You can walk the dog, walk with the kids, or just take a stroll by yourself. However you do it, walking is good for the mind, body, and soul, and here’s why:
It is common knowledge that exercise is important to human beings, but most of us either can’t manage to squeeze it in to our busy day or invent excuses not to do so. I’m no exception. I am often sidelined by symptoms of multiple sclerosis and am much too slow to take advantage of the rebound.
If you have physical symptoms that make a long walk impossible or inadvisable, perhaps you can substitute with a stroll around your own backyard. Experts say that 30 minutes of exercise a day is ideal, but if you can’t, how about a five-minute walk? If it is not enough to get the physical benefits of a full workout, you’ll still feel better about yourself for putting in the effort, and you might be able to gradually lengthen your walks and quicken your pace.
When the weather isn’t cooperating and I feel the need to get moving, I’ve got my ace in the hole — WiiFit Plus. Full disclosure here… I am not affiliated in any way with WiiFit and stand to gain nothing by mentioning the product. Nevertheless, it has proven to be an effective tool in my fitness plan.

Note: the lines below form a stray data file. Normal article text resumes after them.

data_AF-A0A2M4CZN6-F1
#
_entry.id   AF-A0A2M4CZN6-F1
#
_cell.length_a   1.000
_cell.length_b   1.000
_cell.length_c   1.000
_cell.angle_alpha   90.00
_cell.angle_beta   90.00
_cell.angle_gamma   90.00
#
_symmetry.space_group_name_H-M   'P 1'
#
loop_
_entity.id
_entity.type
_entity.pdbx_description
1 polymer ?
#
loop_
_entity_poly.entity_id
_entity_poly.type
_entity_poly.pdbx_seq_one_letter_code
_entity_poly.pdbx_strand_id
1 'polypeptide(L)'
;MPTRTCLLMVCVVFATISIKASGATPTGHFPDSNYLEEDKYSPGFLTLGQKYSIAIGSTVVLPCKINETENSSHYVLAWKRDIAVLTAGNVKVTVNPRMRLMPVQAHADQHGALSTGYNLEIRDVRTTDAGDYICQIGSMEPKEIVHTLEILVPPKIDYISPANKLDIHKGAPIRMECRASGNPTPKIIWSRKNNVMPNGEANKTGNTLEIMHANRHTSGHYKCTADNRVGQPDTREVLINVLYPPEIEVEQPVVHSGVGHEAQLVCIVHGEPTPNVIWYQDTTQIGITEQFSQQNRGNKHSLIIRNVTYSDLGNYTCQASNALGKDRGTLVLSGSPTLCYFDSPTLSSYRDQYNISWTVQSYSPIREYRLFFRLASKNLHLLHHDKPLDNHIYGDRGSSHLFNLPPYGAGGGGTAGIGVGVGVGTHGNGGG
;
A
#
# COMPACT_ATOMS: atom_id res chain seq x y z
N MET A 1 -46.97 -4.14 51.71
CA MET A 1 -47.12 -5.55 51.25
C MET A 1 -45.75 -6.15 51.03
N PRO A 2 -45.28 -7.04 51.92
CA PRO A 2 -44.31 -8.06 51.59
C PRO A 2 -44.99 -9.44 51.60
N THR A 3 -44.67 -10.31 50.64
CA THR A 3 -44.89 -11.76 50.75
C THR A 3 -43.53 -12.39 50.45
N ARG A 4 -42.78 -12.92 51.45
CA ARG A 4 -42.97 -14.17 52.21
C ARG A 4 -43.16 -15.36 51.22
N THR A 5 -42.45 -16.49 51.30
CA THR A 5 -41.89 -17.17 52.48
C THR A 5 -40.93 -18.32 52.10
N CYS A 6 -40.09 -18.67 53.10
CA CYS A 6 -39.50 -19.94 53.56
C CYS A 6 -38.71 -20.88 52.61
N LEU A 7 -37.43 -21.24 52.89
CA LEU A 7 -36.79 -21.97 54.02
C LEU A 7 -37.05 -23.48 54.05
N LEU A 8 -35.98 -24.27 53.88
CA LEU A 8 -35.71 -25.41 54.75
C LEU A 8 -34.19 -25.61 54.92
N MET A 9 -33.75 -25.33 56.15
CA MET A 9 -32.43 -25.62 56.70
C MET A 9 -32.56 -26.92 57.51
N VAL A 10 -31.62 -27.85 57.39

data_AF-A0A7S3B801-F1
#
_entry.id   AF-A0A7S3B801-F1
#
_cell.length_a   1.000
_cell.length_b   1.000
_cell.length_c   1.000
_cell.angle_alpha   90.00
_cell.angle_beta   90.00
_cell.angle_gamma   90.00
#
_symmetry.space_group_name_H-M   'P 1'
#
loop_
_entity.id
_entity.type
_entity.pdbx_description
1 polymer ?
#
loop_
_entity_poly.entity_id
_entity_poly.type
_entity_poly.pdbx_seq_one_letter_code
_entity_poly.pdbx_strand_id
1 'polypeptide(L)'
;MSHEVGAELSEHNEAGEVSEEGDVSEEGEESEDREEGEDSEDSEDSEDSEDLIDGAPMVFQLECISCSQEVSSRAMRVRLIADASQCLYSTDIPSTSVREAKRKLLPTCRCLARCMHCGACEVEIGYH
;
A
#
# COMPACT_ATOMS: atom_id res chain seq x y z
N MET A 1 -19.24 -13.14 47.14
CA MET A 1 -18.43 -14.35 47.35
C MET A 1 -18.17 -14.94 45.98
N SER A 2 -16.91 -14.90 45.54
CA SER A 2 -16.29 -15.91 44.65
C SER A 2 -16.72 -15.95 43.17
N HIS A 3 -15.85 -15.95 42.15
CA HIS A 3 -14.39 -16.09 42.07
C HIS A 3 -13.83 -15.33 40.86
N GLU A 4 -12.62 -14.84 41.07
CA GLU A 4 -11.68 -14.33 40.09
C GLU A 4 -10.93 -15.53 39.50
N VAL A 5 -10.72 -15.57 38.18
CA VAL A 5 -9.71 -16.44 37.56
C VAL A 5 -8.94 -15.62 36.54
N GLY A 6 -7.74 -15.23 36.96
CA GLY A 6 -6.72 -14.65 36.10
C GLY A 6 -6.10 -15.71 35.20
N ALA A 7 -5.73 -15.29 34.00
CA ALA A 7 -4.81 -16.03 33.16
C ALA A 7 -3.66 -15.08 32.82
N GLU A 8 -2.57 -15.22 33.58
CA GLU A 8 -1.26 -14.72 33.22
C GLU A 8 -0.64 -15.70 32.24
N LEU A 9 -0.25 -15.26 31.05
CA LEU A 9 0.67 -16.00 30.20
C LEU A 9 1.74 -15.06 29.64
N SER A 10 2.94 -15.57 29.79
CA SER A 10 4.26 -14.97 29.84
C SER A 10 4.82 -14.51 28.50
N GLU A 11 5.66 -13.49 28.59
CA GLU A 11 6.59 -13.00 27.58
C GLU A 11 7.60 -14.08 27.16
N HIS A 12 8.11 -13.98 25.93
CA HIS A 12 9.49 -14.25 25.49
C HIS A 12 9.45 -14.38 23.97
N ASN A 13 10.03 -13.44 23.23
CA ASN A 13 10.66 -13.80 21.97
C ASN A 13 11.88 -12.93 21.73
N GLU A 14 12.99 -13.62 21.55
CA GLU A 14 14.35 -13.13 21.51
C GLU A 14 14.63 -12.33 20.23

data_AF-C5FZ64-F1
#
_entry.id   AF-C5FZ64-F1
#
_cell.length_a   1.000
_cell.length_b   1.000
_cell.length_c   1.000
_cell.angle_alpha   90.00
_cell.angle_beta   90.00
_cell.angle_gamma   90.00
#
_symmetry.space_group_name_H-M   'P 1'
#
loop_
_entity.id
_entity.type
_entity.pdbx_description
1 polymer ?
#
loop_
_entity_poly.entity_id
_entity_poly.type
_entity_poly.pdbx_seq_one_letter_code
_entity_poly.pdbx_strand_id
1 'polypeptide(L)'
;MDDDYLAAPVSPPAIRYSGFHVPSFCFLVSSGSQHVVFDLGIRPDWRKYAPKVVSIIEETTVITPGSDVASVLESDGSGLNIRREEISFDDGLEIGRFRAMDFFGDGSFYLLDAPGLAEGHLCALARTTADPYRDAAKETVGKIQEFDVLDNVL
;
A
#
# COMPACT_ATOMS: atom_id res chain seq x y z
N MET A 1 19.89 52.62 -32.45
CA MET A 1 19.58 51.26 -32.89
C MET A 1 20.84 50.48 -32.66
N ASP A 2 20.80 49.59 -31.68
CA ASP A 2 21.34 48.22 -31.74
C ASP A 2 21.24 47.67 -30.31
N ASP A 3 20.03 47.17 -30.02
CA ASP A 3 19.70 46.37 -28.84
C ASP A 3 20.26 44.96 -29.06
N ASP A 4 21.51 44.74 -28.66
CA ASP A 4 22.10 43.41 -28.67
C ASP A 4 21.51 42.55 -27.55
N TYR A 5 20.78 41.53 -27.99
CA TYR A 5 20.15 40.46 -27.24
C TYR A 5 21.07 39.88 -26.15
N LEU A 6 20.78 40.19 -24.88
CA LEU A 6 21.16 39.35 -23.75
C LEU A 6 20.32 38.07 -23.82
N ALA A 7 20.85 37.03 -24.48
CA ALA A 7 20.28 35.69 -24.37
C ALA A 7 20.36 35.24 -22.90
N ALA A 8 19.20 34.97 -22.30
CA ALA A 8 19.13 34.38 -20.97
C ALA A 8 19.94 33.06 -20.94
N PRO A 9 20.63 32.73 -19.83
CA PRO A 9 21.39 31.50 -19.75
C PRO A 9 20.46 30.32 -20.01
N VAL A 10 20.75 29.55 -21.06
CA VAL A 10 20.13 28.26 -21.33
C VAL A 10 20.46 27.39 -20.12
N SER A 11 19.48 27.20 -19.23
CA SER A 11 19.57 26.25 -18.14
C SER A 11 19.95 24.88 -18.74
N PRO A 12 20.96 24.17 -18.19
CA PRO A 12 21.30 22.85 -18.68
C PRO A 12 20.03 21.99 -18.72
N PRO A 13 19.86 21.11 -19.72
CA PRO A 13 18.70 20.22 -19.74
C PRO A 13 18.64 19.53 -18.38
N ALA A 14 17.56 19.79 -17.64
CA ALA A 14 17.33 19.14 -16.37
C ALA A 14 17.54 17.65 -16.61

The WiiFit includes some simple games of balance and low-impact movement. My favorite is the island bicycling game. It is called bicycling, but walking in place is how you create the movement. Some days, it is almost impossible to get a handle on MS symptoms. How far can you walk before your legs stop cooperating? That unknown can stop you from heading out on the walk in the first place. Not so with the WiiFit; you can plunge right in and quit whenever the time is right. I find that 30 minutes go by very quickly, with the same physical and mind clearing benefits of walking outdoors.
Walk. Walk somewhere. Walk nowhere. Be creative. If you are physically able, you owe it to yourself to use those marvelous legs to walk your way to a healthier body, mind, and spirit… one step at a time.
Disclaimer: The views expressed above are solely those of the author and may
not reflect those of
Care2, Inc., its employees or advertisers.